By Lesley McLeod, chief executive, The Association for Project Safety
YOU’D think building safety would be a no-brainer. You design things carefully. Use quality materials. Employ well-qualified people. And adhere to the planning and building rules and regulations. But the shadow of Grenfell proves there remains a long way to go before our buildings are safe.
Let’s be clear, we must put mistakes right. There has to be help for people who can’t go to bed without fire marshals patrolling the corridors in case fire breaks out. Or whose homes can’t be sold.
But building safety should be a universal concern. And, perhaps, if everyone wasn’t so taken up with Boris and the seemingly endless accusations of partying, prejudice, and preferential treatment for political pals there might have been a bit more interest in the Building Safety Bill’s third reading before it goes to the House of Lords.
The Association for Project (APS), you would think, would be all for the proposed changes. And we are – as far as they go. They just don’t go far enough.
We have three key worries: the cost; the confusion; and the constraints. And an observation.
The cost, in part, for individuals and projects comes back to everyone’s old friend PI insurance. APS members are already telling us about price hikes, policy exclusions and brokers bowing out of the business. Add in the period of retrospection, when it comes to remediation of defects – along with proposals for new individual responsibilities – and insurance could become beyond the reach of all but those with the deepest pockets.
Bigger firms are saying they don’t much care for the risk. It could force sole-practitioners and consultants out of construction altogether. And this at a time when, post-Brexit and post-Covid, the sector is looking at escalating unfilled vacancies.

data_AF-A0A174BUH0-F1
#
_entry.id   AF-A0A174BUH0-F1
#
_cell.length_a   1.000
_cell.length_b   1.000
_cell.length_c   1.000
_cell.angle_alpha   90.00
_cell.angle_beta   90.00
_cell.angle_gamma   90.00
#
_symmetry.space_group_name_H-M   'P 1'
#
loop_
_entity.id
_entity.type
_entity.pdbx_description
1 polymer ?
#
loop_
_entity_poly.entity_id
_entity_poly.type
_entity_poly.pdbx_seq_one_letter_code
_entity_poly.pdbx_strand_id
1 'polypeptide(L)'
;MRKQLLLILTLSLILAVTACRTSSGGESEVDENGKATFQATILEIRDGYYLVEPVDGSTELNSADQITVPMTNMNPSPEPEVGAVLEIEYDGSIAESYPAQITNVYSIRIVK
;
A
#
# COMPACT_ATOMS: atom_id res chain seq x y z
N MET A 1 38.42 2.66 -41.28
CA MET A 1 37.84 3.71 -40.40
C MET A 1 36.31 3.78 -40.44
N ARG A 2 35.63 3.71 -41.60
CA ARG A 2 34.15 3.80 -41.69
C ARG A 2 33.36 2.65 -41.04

The possible confusion over the Principal Designer role is also a problem. As APS has been saying since the Bill was in draft, the new dutyholder role crashes right into the PD as described in CDM2015. This could cause confusion. And confusion is likely to make construction less safe. Not, I think, what the legislators were after at all.
And then there are the constraints of the Bill. The limited scope of the legislation is, in the view of APS, a missed opportunity to make construction safer across the board: there is more to building safety than fire risk. Concentrating almost exclusively on preventing a second Grenfell takes a very narrow view of construction safety when we could be taking this opportunity to raise our sights to the bigger picture.
And lastly there is the view from north of the wall. Increasingly building safety has a tartan tint in the devolved Scotland. I’m not making a political point one way or another, but the Bill is only about England. While Wales looks likely to adopt a similar approach, Northern Ireland never has. And, more and more, the Scottish rules are taking a different tack.
Things here had already changed to take high-rise fire risks into account. And the Scottish Government’s current consultation on developing a new compliance plan manager within the building standards that apply to specific high-risk building (HRB) types – as well as the definition of the HRBs and the fines when work breaks the rules – seems set to see the legislative framework diverge still further.
Britain remains a very small island and people work across the home nations. Maybe we ought to take a step back and make sure – regardless of where you stand on independence – we are all, if not singing from the same songbook, at least humming along to the same safety tune.